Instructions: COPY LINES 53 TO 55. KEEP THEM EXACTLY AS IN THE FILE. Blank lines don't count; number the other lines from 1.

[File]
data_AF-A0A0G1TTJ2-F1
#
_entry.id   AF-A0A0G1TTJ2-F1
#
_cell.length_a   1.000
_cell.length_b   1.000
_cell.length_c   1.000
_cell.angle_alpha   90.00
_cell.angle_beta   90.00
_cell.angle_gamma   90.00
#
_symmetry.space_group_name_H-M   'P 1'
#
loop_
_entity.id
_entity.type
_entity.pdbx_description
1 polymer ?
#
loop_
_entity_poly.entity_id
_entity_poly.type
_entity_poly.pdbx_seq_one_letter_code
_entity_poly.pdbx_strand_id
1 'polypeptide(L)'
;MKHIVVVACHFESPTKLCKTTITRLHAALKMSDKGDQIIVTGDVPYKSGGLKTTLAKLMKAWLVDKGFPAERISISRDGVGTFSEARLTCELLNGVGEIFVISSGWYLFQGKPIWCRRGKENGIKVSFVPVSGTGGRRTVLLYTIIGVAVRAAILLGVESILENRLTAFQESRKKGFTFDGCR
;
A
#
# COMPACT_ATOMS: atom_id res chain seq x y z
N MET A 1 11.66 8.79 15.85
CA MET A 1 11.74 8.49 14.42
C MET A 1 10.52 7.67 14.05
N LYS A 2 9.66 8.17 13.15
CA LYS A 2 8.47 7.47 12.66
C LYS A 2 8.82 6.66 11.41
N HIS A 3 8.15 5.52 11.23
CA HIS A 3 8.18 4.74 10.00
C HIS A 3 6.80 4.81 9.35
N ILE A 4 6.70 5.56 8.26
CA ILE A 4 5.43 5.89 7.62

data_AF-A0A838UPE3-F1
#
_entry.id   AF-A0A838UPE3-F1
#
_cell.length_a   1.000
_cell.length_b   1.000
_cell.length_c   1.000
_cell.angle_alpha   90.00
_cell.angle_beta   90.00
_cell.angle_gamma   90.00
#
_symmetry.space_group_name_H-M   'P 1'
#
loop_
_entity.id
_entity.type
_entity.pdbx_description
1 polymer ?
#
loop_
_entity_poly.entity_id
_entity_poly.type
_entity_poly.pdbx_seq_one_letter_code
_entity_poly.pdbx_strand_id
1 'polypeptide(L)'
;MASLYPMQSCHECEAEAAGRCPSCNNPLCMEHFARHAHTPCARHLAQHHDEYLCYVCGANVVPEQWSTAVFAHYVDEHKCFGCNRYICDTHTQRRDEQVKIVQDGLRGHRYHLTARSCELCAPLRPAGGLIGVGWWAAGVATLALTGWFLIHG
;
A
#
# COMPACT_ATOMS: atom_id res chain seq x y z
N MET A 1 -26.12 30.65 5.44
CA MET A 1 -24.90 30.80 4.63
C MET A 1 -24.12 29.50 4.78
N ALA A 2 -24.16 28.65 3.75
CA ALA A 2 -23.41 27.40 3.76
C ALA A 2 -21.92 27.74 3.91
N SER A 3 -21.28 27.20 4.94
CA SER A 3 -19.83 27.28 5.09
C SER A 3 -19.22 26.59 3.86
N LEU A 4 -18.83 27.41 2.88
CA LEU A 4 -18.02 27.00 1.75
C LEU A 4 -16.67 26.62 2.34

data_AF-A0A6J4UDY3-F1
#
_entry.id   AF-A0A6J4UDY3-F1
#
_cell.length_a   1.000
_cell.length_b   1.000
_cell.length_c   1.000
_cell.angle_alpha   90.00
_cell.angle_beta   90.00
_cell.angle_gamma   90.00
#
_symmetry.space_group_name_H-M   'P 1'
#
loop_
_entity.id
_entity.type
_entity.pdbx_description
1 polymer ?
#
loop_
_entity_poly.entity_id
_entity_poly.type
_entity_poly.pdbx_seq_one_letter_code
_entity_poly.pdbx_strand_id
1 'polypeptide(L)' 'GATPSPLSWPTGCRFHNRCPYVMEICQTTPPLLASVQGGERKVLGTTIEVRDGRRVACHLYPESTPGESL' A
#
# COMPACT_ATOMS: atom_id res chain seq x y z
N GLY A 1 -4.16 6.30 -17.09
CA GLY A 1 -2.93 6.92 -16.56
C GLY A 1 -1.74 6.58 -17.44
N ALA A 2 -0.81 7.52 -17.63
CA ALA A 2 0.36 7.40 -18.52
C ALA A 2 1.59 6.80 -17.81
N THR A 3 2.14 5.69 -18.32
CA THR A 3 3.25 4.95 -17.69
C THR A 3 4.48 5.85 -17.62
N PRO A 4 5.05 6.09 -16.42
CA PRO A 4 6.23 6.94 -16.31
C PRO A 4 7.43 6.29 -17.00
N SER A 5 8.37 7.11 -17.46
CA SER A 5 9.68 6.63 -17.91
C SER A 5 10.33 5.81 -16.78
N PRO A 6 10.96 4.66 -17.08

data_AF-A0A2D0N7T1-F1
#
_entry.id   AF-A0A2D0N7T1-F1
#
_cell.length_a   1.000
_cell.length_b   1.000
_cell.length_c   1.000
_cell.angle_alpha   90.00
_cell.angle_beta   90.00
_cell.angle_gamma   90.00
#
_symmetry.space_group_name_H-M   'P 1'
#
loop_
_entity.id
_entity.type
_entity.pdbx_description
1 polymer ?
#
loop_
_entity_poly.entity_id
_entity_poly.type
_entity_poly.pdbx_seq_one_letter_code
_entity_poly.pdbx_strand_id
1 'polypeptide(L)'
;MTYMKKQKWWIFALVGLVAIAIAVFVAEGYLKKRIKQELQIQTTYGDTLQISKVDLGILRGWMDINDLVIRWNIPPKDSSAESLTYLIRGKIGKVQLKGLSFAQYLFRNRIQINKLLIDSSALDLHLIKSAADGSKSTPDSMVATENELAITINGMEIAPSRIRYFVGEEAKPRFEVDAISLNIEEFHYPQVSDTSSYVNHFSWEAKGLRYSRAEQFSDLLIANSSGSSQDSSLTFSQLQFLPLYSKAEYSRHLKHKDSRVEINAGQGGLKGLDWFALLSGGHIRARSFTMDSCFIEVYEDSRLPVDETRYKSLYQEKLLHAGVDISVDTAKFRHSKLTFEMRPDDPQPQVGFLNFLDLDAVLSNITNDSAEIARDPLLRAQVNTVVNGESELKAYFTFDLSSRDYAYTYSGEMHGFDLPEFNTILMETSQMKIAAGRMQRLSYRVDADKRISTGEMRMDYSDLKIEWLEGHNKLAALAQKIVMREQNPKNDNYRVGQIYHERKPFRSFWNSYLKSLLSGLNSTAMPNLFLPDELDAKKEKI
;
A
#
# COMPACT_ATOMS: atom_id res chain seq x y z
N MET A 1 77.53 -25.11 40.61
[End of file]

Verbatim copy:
_symmetry.space_group_name_H-M   'P 1'
#
loop_